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Levator muscle of thyroid gland

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Last Updated: 23 November 2020

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Levator muscle of thyroid gland

Details
Insertionthyroid isthmus
Nerveansa cervicalis
Originthyrohyoid muscle
Identifiers
FMA13345
Latinmusculus levator glandulae thyroideae
TA22175
TA98A04.2.04.008

On seeing extreme variations in the gross anatomy of thyroid gland, Marshall stated that it was difficult to speak about normal thyroid gland. Thyroid gland in man is located in the lower half of front of neck. It consists of two lateral lobes which are connected by isthmus. In some cases, additional lobe is present, which is know as the Pyramidal Lobe. It forms a long pyramid which is attached by its base to the superior border of isthmus, usually at its junction with the left Lobe. Its apex is attached to the body of hyoid bone by a fibrous band, which sometimes contain muscular fibres which are know as Levator Glandulae Thyroideae. It is seldom midline position. Organogenesis of the thyroid gland in humans is often disturb, leading to a variety of morphological variations of the gland, such as hypoplasia, ectopy, hemiagenesis and agenesis. It is well known for its developmental anomalies which range from common to rare. Common anomalies include persistence of Pyramidal Lobe and thyroglossal duct cysts. Rare anomalies are agenesis or hemi-agenesis of thyroid gland, agenesis of isthmus alone or aberrant thyroid glands and origin of Levator Glandulae thyroidae from isthmus, of which very few cases have been reported in literature. According to Standring, musculus Levator Glandulae Thyroideae is a fibrous or fibromuscular band that stretches from the Pyramidal Lobe or upper border of isthmus of thyroid gland, usually on the left side, to the body of hyoid bone above. Base on observations of 210 levators, Mori classifies Levator Glandulae Thyroideae into five types; hyopyramidalis, b thyreopyramidalis, c thyreoglandularis, d Hyoglandularis, and e tracheoglandularis. In the present case, Levator Glandulae Thyroideae was see Pyramidal Lobe absent on the left side. It directly comes from the upper border of isthmus and go upto hyoid bone Hyoglandularis type according to Moris classification. Moreover, knowledge about fleshy slip of Levator Glandulae Thyroideae is also very important during neck surgeries, for preventing iatrogenic injuries.

* Please keep in mind that all text is machine-generated, we do not bear any responsibility, and you should always get advice from professionals before taking any actions.

* Please keep in mind that all text is machine-generated, we do not bear any responsibility, and you should always get advice from professionals before taking any actions

Embryology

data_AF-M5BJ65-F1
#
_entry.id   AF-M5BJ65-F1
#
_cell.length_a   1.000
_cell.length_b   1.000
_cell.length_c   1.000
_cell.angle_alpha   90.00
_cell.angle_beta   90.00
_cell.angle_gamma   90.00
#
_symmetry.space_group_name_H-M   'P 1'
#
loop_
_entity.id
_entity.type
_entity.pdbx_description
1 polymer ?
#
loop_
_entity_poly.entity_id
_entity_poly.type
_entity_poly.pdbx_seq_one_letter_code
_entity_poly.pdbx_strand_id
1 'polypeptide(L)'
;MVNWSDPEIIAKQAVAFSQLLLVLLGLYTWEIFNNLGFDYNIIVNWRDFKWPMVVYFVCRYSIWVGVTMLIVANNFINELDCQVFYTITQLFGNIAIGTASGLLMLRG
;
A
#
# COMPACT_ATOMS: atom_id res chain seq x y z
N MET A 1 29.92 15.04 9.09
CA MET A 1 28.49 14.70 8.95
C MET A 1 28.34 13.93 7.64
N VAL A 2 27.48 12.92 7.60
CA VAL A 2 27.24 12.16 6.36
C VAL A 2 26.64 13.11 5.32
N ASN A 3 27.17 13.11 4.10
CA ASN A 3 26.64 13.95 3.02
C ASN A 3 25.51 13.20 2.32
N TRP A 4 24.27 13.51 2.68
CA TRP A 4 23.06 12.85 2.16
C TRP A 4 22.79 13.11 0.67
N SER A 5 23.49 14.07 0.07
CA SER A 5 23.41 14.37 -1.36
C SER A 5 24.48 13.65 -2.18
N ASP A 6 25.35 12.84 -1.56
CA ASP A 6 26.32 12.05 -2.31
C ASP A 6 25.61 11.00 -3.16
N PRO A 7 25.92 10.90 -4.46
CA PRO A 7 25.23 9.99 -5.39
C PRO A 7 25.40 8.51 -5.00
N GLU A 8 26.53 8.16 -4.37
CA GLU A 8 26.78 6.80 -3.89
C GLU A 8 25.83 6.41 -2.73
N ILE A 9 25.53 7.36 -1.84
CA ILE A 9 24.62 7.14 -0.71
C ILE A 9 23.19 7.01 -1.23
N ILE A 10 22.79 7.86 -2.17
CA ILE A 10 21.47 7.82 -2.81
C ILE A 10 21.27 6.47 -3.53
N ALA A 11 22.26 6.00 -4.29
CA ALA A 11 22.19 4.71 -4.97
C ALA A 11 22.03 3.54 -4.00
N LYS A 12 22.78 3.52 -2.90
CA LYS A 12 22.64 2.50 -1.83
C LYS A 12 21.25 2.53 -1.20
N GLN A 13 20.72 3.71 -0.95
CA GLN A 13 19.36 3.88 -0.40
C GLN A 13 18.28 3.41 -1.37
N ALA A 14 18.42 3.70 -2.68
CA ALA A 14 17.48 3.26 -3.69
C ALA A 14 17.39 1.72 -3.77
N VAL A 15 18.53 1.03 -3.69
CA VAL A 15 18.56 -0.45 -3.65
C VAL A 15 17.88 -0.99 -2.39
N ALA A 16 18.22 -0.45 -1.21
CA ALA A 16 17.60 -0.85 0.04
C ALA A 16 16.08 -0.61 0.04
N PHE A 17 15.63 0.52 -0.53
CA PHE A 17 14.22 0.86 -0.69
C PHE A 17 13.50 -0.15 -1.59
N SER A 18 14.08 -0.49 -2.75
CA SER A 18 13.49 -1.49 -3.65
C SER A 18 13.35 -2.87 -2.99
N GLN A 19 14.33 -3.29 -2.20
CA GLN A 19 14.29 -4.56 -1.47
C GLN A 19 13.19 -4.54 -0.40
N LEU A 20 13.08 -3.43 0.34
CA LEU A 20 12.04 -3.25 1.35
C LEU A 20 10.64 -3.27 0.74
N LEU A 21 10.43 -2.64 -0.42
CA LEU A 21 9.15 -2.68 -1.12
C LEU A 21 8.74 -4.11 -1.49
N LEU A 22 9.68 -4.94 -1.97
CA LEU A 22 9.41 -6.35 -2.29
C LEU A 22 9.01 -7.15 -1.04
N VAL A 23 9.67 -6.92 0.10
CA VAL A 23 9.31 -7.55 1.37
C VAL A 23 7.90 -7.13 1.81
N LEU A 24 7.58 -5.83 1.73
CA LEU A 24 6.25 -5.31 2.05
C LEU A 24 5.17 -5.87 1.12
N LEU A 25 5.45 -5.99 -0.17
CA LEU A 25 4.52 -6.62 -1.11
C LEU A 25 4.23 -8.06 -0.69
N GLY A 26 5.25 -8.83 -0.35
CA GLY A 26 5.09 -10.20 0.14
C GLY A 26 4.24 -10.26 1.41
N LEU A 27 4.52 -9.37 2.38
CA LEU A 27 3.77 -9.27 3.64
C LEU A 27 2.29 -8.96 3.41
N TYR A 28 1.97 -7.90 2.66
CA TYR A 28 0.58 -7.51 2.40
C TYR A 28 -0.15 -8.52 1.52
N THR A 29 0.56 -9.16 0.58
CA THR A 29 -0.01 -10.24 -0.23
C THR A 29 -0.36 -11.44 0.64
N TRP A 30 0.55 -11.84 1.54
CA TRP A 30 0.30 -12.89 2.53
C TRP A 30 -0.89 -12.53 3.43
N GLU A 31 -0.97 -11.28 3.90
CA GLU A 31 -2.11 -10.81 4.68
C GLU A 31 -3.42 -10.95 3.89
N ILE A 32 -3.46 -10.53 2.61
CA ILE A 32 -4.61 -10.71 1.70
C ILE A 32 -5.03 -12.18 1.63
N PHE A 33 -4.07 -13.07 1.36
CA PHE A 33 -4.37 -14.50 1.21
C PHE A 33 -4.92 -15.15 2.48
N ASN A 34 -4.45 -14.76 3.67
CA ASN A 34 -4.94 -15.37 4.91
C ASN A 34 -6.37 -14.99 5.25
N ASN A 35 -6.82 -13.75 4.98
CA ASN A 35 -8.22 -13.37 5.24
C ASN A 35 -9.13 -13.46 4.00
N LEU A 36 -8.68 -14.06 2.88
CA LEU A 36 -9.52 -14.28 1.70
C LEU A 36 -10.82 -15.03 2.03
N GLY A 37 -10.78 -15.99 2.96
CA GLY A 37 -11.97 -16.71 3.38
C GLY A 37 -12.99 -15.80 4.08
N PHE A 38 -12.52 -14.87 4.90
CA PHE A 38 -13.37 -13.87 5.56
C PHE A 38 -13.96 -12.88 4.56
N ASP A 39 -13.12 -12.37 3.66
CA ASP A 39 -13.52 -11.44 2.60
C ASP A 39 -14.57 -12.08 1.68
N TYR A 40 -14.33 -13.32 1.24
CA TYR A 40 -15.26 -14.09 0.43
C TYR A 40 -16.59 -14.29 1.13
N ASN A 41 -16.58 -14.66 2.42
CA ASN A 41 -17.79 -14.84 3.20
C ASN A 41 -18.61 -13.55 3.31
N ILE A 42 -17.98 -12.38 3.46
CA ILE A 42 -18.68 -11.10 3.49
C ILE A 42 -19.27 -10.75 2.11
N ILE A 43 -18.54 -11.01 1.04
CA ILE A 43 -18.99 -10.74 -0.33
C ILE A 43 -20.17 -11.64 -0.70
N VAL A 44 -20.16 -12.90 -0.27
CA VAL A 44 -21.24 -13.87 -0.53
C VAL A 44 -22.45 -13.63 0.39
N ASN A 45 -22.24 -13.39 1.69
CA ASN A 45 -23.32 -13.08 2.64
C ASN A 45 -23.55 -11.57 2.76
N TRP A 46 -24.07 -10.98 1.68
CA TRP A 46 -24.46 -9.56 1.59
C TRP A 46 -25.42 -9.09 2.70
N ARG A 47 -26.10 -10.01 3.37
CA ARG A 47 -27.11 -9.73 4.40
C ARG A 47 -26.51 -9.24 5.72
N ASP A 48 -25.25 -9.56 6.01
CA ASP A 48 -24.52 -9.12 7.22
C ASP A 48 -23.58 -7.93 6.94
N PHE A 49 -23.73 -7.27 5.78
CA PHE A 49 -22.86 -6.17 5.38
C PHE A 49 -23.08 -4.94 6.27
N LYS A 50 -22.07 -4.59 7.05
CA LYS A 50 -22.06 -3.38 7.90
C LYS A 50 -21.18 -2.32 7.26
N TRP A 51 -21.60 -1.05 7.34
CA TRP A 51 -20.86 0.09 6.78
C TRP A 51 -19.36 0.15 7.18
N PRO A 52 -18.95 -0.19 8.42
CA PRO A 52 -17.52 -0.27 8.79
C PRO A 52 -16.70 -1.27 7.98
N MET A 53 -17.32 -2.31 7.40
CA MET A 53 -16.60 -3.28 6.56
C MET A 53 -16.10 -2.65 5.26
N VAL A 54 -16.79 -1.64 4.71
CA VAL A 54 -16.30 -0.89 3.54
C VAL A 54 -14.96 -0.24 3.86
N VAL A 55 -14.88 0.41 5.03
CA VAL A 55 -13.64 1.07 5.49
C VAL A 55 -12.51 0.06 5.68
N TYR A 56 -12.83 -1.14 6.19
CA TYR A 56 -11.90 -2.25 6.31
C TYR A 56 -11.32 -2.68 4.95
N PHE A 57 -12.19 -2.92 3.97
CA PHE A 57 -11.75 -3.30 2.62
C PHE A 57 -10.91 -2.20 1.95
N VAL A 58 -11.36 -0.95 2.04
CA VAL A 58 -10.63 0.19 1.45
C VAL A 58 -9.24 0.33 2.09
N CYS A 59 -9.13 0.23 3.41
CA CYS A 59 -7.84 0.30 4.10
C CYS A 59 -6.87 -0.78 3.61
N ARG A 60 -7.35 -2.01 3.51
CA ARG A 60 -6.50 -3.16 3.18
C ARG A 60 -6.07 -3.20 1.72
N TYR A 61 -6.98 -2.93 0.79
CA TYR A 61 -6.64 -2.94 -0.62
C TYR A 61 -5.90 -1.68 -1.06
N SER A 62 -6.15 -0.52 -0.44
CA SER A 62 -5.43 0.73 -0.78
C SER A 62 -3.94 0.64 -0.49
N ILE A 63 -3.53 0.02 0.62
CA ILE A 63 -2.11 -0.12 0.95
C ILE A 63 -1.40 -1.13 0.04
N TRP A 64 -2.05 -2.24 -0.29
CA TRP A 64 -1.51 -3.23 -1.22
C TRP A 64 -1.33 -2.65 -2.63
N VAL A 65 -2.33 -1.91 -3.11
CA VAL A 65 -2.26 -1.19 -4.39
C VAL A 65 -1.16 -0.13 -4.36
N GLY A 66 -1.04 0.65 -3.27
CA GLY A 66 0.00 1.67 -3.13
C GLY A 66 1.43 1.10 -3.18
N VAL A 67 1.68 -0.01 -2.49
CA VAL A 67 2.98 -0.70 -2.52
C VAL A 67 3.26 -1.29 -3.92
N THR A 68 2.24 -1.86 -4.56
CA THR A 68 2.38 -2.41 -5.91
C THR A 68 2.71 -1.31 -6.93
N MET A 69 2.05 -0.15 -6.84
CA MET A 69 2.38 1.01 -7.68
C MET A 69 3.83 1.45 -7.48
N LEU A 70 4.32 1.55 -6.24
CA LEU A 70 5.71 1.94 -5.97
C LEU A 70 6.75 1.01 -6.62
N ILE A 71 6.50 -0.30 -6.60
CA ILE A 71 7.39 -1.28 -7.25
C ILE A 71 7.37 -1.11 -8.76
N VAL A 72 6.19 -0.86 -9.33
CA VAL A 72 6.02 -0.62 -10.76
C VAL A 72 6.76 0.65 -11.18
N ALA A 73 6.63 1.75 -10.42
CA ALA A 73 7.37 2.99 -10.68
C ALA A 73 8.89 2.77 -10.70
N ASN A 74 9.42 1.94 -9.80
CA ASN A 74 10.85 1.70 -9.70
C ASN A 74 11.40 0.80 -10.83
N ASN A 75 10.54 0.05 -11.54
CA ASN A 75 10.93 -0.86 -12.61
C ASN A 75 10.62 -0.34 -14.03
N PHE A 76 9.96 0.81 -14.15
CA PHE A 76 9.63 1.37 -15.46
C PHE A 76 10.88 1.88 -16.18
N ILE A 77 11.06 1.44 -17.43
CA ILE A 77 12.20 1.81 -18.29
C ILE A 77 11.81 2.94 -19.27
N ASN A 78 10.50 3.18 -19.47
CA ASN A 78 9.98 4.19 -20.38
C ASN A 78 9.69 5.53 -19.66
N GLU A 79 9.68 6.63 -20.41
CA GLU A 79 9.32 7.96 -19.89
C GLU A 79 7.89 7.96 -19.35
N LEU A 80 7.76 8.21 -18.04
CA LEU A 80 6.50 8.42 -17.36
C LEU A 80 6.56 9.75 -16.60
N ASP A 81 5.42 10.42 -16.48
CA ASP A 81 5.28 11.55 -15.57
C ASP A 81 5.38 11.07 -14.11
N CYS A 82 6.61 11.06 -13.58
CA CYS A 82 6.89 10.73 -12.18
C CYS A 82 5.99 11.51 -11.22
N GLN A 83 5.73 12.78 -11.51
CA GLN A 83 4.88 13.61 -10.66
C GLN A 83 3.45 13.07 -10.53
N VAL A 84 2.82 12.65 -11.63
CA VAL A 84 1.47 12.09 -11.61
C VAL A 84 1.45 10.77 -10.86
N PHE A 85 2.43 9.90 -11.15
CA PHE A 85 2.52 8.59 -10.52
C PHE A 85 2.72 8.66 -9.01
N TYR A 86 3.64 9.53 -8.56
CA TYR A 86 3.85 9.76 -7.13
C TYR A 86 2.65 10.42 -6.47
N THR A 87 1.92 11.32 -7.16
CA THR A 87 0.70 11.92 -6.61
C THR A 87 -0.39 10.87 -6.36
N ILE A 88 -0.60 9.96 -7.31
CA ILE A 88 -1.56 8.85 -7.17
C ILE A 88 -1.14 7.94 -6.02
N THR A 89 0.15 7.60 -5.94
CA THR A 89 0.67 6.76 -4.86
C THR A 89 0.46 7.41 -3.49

The pharyngeal apparatus is responsible for formation of numerous parts of the head and neck region. During 3 gestational week, there is hypertrophy of endoderm in the midline of the primitive pharynx, arising from the first pharyngeal arch between tuberculum impar and copula; at point later referred to as foramen caecum. This thyroid primordium subsequently enlarges and is attached to the floor of the primitive pharynx by a hollow tube known as thyroglossal duct. The duct communicates with foramen caecum, which is caudal to tuberculum impar and rostral to copula. Thyroid primordium progresses to thyroid placode located at the base of the tongue; which subsequently forms thyroid diverticulum near the apical pole of aortic sac. Thyroid diverticulum then begins its descent towards its final pretracheal destination, passing through the anterior to laryngeal cartilages and hyoid bone. During this course, it maintains connection with the floor of the primitive pharynx via thyroglossal duct. Under normal circumstances, thyroglossal duct will degenerate and the diverticulum remains suspended in mesenchyme. Solid structure is invaded by vascular mesenchyme, which results in disruption of solid cellular arrangement. Subsequently, cells arrange themselves into a web of epithelial cords. Gland regain contact with aortic sac and subsequently bifurcate. This process is associated with rapid, thyroid stimulating hormone-independent, proliferation of thyroid progenitor cells. During 5 weeks of gestation, ultimobranchial body fuse with thyroid gland. Prior to this, ultimobranchial body, which is an endodermal derivative, was invaded by neural crest cells. These cells give rise to C-cells that participate in calcium homeostasis by producing calcitonin under hypocalcemic circumstances. The structure know as tubercle of Zuckerkandl is the only remaining structure at the point where two primitive structures merge. This tubercle can be seen in most adults in the posterior aspect of the gland. It is of clinical significance during thyroidectomies, as the nerve has a close relationship to recurrent laryngeal nerve. Around 7 gestational week, gland continues to enlarge and left and right lobes begin to form on either side of thyroid cartilage in proximal trachea. They are attached to each other by thyroid isthmus. In 10 gestational week, epithelial cords cluster together into smaller groups. Cells aggregate around lumen in single layer and form thyroid follicles. In 11 week, cellular differentiation occurs that results in an onset of thyroglobulin production and colloid can be seen in thyroid follicles. By 20 week, TSH levels begin to rise, resulting in production of thyroid hormones. In the final trimester, adult levels of thyroid hormone can be observed in the fetus and cellular proliferation responds to TSH.